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24 January 2011
Review: THE BRUTAL TELLING, Louise Penny
Source: Local Library
Chaos is coming, old son.
With those words the peace of Three Pines is shattered. As families prepare to head back to the city and children say goodbye to summer, a stranger is found murdered in the village bistro and antiques store. Once again, Chief Inspector Gamache and his team are called in to strip back layers of lies, exposing both treasures and rancid secrets buried in the wilderness.
No one admits to knowing the murdered man, but as secrets are revealed, chaos begins to close in on the beloved bistro owner, Olivier. How did he make such a spectacular success of his business? What past did he leave behind and why has he buried himself in this tiny village? And why does every lead in the investigation find its way back to him?
As Olivier grows more frantic, a trail of clues and treasures from first editions of Charlotte’s Web and Jane Eyre to a spider web with the word “WOE” woven in it lead the Chief Inspector deep into the woods and across the continent in search of the truth, and finally back to Three Pines as the little village braces for the truth and the final, brutal telling.
The discovery of the body of an apparent outsider dead on the floor of the bistro in Three Pines, murdered, appears to signal the end of life in the little Canadian hamlet as its residents know it.
But even before the murder, change has been on the way. The old Hadlee house, featured in an earlier novel, has been sold and is being re-born as an exclusive guest house. It's new owners are ambitious and unlikely to let anything stand in their way.
And why won't Olivier tell Inspector Gamache that he knew the murdered man?
Many of the residents living in Three Pines have come to escape from their old world and achieve a lifestyle change. But in a murder investigation secrets are the first thing to be uncovered. It just amazed me that some of it hadn't come out in earlier investigations. THE BRUTAL TELLING is after all #5 in the series.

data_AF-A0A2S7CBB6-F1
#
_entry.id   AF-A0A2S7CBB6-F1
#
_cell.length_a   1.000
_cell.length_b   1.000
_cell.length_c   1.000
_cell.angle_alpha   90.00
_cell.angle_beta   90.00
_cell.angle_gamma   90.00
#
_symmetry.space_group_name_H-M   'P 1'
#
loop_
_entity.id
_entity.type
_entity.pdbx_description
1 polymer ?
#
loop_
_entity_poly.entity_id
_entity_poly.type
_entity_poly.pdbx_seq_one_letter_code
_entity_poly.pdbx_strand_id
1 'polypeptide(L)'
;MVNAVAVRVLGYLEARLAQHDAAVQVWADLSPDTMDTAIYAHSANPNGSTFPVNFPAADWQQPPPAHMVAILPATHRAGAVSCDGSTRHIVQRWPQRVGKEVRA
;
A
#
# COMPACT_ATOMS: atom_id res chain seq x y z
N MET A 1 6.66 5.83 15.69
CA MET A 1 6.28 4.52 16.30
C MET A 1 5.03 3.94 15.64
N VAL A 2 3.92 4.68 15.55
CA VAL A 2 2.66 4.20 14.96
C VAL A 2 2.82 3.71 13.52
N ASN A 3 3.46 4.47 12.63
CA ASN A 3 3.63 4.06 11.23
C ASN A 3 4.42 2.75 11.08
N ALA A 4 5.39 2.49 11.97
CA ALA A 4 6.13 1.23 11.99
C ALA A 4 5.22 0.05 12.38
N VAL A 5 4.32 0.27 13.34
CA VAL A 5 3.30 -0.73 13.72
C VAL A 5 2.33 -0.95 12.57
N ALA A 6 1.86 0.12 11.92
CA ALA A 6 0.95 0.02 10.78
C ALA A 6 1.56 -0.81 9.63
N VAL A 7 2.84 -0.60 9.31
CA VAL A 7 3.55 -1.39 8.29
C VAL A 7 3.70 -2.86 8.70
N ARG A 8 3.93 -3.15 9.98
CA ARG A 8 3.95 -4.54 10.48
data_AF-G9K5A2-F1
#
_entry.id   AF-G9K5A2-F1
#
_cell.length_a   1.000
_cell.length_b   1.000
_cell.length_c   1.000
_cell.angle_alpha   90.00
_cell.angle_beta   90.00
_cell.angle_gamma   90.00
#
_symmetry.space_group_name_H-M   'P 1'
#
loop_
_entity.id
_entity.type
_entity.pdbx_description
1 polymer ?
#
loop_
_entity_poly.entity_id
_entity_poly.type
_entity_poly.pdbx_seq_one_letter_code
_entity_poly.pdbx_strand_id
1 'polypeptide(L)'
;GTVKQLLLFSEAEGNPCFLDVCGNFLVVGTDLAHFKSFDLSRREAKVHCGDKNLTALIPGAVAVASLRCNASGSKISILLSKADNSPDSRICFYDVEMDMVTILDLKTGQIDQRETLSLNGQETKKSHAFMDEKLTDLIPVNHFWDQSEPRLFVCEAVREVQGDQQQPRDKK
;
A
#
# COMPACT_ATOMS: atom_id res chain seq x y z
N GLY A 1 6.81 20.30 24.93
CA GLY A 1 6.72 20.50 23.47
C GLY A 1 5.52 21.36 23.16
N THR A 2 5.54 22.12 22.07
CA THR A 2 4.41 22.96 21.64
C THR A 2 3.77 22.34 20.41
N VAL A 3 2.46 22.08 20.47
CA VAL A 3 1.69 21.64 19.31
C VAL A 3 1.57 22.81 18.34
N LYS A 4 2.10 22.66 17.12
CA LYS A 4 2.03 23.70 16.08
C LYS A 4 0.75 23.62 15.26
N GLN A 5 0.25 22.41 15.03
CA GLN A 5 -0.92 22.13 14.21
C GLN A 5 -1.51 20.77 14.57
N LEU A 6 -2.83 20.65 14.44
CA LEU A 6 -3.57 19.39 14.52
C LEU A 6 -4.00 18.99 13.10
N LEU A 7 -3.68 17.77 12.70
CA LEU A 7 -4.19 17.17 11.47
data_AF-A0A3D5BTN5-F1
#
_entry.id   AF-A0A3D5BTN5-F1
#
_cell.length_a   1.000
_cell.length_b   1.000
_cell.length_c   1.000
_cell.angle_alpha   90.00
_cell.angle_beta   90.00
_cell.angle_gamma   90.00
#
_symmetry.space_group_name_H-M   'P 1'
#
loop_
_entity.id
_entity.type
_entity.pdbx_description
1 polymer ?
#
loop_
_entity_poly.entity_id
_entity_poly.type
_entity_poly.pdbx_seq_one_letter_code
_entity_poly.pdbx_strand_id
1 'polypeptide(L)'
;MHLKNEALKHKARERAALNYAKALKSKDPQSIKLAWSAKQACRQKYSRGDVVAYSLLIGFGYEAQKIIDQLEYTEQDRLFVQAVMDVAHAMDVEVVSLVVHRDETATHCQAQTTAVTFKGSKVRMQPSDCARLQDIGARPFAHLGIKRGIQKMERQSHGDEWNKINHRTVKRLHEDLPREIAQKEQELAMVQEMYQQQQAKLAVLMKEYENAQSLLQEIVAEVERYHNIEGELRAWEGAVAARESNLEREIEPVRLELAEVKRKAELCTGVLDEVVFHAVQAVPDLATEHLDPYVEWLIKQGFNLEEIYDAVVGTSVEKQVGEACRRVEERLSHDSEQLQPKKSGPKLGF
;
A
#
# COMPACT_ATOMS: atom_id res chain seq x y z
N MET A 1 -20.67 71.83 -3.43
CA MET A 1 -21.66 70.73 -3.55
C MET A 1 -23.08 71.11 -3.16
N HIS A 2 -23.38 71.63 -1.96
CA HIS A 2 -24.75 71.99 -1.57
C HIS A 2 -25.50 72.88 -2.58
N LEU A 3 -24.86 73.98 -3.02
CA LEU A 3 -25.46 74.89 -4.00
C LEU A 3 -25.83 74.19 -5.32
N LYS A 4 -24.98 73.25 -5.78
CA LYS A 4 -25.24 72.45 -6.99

This is a great read. There was a lot more that I was going to include in this review: how Gamache adds another member to his team, how we learn so much more about Gamache and his methods, the humorous images of Rosa the duck dressed in baby clothes to keep her warm, the development of the characters of the other members of Gamache's team, and how cleverly the threads of the mystery that surround the murder are woven. But really, I can't do better than to urge you to get hold of a copy of THE BRUTAL TELLING and see for yourself.
The writing is superb.
But I would really urge you to read the books in the series in order. That way you'll appreciate how Louise Penny has developed the setting and the characters who interact within it.
For myself, I have the next waiting on my shelves!
My rating: 4.9
THE BRUTAL TELLING was the winner of the Agatha Award for best novel of 2009.
1. Still Life (2005)
2. Dead Cold (2006) aka A Fatal Grace
3. The Cruellest Month (2007)
4. The Murder Stone (2008) aka A Rule Against Murder
5. The Brutal Telling (2009)
6. Bury Your Dead (2010)
Other titles I've reviewed
4.8, THE CRUELLEST MONTH
4.9, A RULE AGAINST MURDER
Louise Penny's website.
I'm "counting" this novel in the Canadian Book Challenge 2010-2011
On a humorous note: Just recently I added Gotland to my list of places, fictional and otherwise, to avoid.
I think that list (Midsomer, St. Mary Mead, Gotland) should be expanded to include Three Pines don't you?